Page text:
lion9car: As mentioned above, the owner’s manual doesn’t tell the whole story, it also recommends that I use Hyundai motor oil.
Cavell: nooooo, it’s a Hyundai (poor) owner…
“Just because the dealer says something doesn’t make it true, they are after all a business and their purpose is to make money. The owner’s manual cannot be completely trusted either, that there is a laundry list of parts that need to be replaced at the same time as the timing belt is conveniently NOT listed.”
I did not mean to imply that you should trust the dealership. My intention all along was that you consider the list of maintenance procedures in the Owner’s Manual as your guide. What I failed to mention is that the maintenance schedule should be considered to be the absolute minimum of what you should be doing, and that frequently more than that minimum level of maintenance is a good idea.
However, since you have apparently overlooked the timing belt service for X number of months/years, then I would say that you haven’t been doing even the minimum as it applies to the timing belt!
The bottom line is that, on the basis of elapsed time, you need to replace the timing belt, water pump, serpentine belt, and all belt tensioners. Some engines also call for the replacement of some engine seals at the same time, but I don’t know if this applies to your engine. If the dealership has recommended that all of these parts should be replaced, then actually it does appear that your dealership can be trusted.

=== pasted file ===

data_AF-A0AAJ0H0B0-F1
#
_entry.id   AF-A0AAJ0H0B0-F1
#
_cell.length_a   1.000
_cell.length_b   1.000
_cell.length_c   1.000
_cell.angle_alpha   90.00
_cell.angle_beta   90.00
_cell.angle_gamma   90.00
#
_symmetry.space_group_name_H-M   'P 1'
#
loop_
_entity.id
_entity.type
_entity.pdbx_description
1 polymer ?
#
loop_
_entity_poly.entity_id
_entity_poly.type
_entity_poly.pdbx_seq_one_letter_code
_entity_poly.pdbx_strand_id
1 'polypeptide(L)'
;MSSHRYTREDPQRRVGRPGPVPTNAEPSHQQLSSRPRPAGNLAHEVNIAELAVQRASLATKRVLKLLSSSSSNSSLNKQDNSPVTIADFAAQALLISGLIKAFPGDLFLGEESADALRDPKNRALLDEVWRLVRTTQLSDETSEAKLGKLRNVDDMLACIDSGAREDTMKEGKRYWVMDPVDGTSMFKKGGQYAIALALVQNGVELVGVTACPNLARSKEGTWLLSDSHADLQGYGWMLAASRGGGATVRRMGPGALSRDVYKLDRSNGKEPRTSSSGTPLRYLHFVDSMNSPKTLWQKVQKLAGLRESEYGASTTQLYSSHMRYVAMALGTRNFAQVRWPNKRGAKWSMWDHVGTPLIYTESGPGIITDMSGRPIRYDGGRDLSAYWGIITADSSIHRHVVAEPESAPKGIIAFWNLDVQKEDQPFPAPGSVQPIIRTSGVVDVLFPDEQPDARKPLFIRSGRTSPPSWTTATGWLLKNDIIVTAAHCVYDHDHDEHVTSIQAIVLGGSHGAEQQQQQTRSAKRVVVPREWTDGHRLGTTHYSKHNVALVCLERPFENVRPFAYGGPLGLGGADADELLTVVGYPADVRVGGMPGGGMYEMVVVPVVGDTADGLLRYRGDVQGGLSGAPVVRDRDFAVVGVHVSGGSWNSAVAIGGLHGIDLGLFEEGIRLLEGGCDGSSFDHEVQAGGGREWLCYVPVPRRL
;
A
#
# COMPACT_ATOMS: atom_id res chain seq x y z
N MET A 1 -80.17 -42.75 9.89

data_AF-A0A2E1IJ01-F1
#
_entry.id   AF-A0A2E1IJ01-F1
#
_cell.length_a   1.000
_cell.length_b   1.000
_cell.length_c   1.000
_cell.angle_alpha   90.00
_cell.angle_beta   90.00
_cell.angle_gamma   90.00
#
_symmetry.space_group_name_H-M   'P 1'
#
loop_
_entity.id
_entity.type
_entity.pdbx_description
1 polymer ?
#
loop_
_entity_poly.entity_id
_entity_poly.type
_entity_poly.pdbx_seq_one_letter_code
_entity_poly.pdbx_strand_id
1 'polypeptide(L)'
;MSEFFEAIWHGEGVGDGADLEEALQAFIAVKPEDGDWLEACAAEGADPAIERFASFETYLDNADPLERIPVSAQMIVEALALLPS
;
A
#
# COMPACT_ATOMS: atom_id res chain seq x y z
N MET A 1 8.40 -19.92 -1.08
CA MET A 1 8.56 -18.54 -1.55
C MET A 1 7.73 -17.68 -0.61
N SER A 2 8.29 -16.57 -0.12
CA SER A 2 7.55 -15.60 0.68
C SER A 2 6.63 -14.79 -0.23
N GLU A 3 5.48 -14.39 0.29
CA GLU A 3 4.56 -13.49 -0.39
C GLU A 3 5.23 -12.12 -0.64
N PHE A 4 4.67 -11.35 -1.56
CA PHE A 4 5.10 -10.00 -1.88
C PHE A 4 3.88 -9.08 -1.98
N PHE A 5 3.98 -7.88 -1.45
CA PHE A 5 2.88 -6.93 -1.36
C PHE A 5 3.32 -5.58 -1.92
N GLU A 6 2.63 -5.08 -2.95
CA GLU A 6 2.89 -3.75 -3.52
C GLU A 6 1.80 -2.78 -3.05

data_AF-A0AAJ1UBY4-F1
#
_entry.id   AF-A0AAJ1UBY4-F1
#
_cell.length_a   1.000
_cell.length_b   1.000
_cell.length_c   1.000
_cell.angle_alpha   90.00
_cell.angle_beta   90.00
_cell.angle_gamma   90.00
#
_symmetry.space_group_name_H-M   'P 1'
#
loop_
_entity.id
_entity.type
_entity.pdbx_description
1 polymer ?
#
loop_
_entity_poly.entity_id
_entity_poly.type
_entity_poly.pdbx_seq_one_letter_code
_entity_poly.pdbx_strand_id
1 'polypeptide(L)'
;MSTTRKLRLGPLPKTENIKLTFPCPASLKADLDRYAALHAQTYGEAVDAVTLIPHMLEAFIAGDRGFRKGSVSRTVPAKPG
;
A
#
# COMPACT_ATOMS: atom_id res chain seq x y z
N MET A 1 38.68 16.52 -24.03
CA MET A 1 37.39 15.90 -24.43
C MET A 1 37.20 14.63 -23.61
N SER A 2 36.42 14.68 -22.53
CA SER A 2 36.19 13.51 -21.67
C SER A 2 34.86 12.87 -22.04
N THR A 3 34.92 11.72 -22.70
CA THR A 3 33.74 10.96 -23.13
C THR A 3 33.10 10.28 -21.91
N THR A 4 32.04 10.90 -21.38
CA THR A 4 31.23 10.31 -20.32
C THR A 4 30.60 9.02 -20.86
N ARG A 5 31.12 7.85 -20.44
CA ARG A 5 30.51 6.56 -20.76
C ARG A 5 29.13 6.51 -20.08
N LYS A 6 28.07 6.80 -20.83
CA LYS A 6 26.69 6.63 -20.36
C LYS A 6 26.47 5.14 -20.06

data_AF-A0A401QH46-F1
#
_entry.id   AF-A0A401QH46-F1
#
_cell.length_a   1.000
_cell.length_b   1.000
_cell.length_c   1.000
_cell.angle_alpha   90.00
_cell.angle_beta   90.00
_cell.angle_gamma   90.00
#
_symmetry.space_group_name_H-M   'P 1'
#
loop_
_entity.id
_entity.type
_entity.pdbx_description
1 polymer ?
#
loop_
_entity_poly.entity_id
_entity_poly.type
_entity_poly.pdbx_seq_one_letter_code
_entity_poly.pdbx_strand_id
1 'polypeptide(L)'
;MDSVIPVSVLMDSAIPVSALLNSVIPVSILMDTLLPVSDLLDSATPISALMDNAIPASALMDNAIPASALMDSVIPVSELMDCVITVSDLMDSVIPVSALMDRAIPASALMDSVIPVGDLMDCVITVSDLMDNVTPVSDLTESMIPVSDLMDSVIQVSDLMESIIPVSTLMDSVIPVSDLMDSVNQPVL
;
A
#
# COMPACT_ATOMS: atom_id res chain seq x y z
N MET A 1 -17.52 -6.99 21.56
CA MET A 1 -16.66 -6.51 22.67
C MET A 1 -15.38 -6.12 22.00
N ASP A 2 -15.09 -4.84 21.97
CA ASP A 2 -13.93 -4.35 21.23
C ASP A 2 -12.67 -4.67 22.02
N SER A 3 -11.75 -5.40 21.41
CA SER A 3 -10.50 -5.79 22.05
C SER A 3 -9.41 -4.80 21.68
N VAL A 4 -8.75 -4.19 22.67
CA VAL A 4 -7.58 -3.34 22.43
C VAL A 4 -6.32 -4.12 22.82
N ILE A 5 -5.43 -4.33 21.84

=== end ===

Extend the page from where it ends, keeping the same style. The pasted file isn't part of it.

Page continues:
It’s good to be skeptical of what the dealership service writer/manager says.
If the Owner’s Manual included all details it would be much thicker and even fewer people would bother with it.
I’ve never heard of a timing belt rated to last 9 years.
Rubber rots with age and that is why you need to get the belt replaced. Modern belts are made with a better rubber compound, in the late 80’s, early 90’s, 4 years was the max recommended time interval. I have experienced a broken belt. Would it break on a nice sunny day close to home, nooo, it had to brake while on a cross country trip, out in the middle of nowhere during an ice storm. Thank God I had a warm sleeping bag with me to keep me warm until I got rescued.
Back to your problem, if you have an interference engine and the belt breaks, you are looking at major engine damage. That $1200 will suddenly become more like $5000. But I think that $1200 is way too much. I have a Honda now and just had the second timing belt replaced (97 Honda) with water pump, balance shaft belt, cam, crank and oil pump seals, serpentine belt, and coolant all for $735, at the dealer. Honda’s are the most difficult timing belts to replace as far as I know because the engine turns in the opposite direction making removal of the crank bolt close to impossible without special tools.
You should be able to get this service done for half of what the dealer is asking. The dealer should be able to do it for half of what they are asking and still make money. Check around and negotiate. Its a business transaction so make sure you get the best price for identical work and beware if someone offers you a price that is too good. My guess is that anything lower than $525 would be very suspect and should be avoided.